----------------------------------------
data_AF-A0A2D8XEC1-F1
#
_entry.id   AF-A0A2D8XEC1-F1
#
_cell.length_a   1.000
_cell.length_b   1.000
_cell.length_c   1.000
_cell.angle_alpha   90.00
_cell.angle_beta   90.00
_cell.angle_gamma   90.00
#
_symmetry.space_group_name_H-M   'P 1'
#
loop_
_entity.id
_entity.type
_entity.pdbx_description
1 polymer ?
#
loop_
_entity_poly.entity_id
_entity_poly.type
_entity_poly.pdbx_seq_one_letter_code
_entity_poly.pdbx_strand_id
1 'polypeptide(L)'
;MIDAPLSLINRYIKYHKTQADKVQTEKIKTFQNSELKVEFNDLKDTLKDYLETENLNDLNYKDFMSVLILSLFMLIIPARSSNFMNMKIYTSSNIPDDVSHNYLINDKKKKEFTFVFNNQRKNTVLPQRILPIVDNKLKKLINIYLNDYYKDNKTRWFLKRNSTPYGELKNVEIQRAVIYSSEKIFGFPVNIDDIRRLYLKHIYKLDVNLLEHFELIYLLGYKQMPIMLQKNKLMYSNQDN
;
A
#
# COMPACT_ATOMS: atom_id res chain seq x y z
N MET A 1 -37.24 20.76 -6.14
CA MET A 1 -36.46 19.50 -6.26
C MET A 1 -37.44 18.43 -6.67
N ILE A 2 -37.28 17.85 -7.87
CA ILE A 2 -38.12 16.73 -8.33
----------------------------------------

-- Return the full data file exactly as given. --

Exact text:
data_AF-A0A2D8XEC1-F1
#
_entry.id   AF-A0A2D8XEC1-F1
#
_cell.length_a   1.000
_cell.length_b   1.000
_cell.length_c   1.000
_cell.angle_alpha   90.00
_cell.angle_beta   90.00
_cell.angle_gamma   90.00
#
_symmetry.space_group_name_H-M   'P 1'
#
loop_
_entity.id
_entity.type
_entity.pdbx_description
1 polymer ?
#
loop_
_entity_poly.entity_id
_entity_poly.type
_entity_poly.pdbx_seq_one_letter_code
_entity_poly.pdbx_strand_id
1 'polypeptide(L)'
;MIDAPLSLINRYIKYHKTQADKVQTEKIKTFQNSELKVEFNDLKDTLKDYLETENLNDLNYKDFMSVLILSLFMLIIPARSSNFMNMKIYTSSNIPDDVSHNYLINDKKKKEFTFVFNNQRKNTVLPQRILPIVDNKLKKLINIYLNDYYKDNKTRWFLKRNSTPYGELKNVEIQRAVIYSSEKIFGFPVNIDDIRRLYLKHIYKLDVNLLEHFELIYLLGYKQMPIMLQKNKLMYSNQDN
;
A
#
# COMPACT_ATOMS: atom_id res chain seq x y z
N MET A 1 -37.24 20.76 -6.14
CA MET A 1 -36.46 19.50 -6.26
C MET A 1 -37.44 18.43 -6.67
N ILE A 2 -37.28 17.85 -7.87
CA ILE A 2 -38.12 16.73 -8.33